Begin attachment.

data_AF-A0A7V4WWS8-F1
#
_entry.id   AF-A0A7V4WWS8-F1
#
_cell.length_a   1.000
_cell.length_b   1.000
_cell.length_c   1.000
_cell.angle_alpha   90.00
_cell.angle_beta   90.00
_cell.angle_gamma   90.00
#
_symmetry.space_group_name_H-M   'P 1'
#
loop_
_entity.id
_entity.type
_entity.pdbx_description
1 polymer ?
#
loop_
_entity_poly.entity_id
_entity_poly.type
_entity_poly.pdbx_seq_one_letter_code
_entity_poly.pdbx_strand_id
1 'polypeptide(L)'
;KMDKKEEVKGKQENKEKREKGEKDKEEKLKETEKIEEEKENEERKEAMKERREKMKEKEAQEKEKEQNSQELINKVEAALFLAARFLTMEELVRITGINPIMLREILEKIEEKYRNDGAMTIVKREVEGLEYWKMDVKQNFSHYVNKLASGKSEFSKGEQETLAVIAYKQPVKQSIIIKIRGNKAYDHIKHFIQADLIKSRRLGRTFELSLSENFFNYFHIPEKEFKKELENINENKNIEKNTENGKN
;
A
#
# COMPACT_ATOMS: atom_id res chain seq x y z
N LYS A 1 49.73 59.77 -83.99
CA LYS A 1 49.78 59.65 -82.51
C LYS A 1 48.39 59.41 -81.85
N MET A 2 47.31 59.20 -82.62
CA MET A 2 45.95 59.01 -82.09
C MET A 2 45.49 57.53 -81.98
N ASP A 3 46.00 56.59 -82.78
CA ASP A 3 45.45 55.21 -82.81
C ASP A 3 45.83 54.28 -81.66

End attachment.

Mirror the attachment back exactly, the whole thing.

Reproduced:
data_AF-A0A7V4WWS8-F1
#
_entry.id   AF-A0A7V4WWS8-F1
#
_cell.length_a   1.000
_cell.length_b   1.000
_cell.length_c   1.000
_cell.angle_alpha   90.00
_cell.angle_beta   90.00
_cell.angle_gamma   90.00
#
_symmetry.space_group_name_H-M   'P 1'
#
loop_
_entity.id
_entity.type
_entity.pdbx_description
1 polymer ?
#
loop_
_entity_poly.entity_id
_entity_poly.type
_entity_poly.pdbx_seq_one_letter_code
_entity_poly.pdbx_strand_id
1 'polypeptide(L)'
;KMDKKEEVKGKQENKEKREKGEKDKEEKLKETEKIEEEKENEERKEAMKERREKMKEKEAQEKEKEQNSQELINKVEAALFLAARFLTMEELVRITGINPIMLREILEKIEEKYRNDGAMTIVKREVEGLEYWKMDVKQNFSHYVNKLASGKSEFSKGEQETLAVIAYKQPVKQSIIIKIRGNKAYDHIKHFIQADLIKSRRLGRTFELSLSENFFNYFHIPEKEFKKELENINENKNIEKNTENGKN
;
A
#
# COMPACT_ATOMS: atom_id res chain seq x y z
N LYS A 1 49.73 59.77 -83.99
CA LYS A 1 49.78 59.65 -82.51
C LYS A 1 48.39 59.41 -81.85
N MET A 2 47.31 59.20 -82.62
CA MET A 2 45.95 59.01 -82.09
C MET A 2 45.49 57.53 -81.98
N ASP A 3 46.00 56.59 -82.78
CA ASP A 3 45.45 55.21 -82.81
C ASP A 3 45.83 54.28 -81.66